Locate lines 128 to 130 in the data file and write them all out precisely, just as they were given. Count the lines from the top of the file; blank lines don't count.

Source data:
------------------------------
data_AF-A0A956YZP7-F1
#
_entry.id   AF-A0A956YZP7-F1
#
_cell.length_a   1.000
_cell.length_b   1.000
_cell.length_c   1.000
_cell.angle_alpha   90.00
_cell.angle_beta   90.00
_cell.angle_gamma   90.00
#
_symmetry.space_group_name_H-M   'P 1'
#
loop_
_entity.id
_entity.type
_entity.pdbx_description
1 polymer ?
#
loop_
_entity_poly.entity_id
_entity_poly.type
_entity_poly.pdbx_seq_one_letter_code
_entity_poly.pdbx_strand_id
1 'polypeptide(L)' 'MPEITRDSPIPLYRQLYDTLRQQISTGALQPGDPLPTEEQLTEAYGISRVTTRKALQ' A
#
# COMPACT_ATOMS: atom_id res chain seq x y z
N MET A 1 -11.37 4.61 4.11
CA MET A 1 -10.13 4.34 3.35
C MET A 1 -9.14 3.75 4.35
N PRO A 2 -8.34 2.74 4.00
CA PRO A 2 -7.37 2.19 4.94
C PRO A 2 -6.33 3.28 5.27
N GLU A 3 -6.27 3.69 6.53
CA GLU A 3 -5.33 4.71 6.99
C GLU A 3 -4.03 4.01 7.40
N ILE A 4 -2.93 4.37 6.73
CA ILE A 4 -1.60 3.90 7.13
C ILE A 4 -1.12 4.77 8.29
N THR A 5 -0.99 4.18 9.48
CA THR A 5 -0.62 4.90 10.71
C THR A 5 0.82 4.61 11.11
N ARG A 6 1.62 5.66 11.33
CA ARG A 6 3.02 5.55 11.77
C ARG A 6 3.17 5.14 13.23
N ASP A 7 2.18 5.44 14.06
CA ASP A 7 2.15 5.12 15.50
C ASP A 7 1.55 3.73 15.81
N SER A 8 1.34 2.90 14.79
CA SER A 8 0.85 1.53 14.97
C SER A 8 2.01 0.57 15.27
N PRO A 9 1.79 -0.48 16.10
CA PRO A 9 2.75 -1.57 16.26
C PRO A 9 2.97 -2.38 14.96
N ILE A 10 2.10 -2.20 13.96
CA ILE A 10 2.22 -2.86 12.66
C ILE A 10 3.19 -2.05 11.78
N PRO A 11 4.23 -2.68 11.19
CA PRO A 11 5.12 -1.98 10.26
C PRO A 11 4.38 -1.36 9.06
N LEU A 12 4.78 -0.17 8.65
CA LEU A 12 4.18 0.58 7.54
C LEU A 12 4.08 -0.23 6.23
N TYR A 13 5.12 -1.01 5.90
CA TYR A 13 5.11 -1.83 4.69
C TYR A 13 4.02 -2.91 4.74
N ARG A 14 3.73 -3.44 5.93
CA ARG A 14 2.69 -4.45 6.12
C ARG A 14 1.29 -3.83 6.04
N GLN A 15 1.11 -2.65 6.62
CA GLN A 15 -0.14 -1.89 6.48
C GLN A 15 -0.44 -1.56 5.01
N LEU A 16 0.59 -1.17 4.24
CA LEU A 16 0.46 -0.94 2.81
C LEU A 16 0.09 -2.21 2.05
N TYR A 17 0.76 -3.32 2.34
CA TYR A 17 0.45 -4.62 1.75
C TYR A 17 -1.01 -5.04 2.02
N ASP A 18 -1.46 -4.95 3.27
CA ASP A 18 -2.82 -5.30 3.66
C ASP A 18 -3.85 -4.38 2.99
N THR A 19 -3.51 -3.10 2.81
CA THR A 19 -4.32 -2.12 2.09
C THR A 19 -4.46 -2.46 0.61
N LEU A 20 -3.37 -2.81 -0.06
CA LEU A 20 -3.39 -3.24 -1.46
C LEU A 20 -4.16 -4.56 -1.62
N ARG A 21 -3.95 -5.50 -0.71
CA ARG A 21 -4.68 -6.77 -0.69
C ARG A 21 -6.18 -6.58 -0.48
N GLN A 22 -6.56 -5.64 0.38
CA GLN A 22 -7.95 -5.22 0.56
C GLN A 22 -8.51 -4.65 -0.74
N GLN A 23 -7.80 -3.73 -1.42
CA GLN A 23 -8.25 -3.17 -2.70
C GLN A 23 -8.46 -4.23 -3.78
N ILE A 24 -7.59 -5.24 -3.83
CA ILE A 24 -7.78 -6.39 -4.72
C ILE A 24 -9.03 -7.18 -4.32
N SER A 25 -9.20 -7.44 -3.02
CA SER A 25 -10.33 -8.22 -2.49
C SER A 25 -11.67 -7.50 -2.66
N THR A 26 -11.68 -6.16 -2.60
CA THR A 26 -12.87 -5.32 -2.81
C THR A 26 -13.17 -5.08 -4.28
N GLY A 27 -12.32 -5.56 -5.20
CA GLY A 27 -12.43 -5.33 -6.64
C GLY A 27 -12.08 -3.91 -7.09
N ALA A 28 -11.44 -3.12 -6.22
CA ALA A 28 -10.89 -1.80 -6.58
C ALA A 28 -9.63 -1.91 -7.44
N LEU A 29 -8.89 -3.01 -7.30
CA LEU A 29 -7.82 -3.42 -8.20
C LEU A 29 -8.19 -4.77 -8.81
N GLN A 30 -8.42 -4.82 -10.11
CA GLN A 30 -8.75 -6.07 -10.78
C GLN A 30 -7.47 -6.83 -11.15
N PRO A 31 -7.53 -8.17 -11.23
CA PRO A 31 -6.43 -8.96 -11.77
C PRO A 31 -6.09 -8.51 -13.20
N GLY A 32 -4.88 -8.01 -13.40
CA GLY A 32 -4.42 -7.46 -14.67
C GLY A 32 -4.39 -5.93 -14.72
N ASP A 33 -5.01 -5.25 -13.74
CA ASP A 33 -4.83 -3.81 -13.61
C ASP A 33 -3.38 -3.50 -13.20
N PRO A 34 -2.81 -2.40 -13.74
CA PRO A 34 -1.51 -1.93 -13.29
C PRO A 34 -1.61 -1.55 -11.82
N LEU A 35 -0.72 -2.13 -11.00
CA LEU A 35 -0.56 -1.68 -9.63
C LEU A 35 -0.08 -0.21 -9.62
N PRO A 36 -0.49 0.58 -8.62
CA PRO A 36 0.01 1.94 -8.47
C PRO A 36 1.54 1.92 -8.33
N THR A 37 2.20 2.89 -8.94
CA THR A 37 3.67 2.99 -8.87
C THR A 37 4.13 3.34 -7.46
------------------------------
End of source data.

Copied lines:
CA PRO A 34 -1.51 -1.93 -13.29
C PRO A 34 -1.61 -1.55 -11.82
N LEU A 35 -0.72 -2.13 -11.00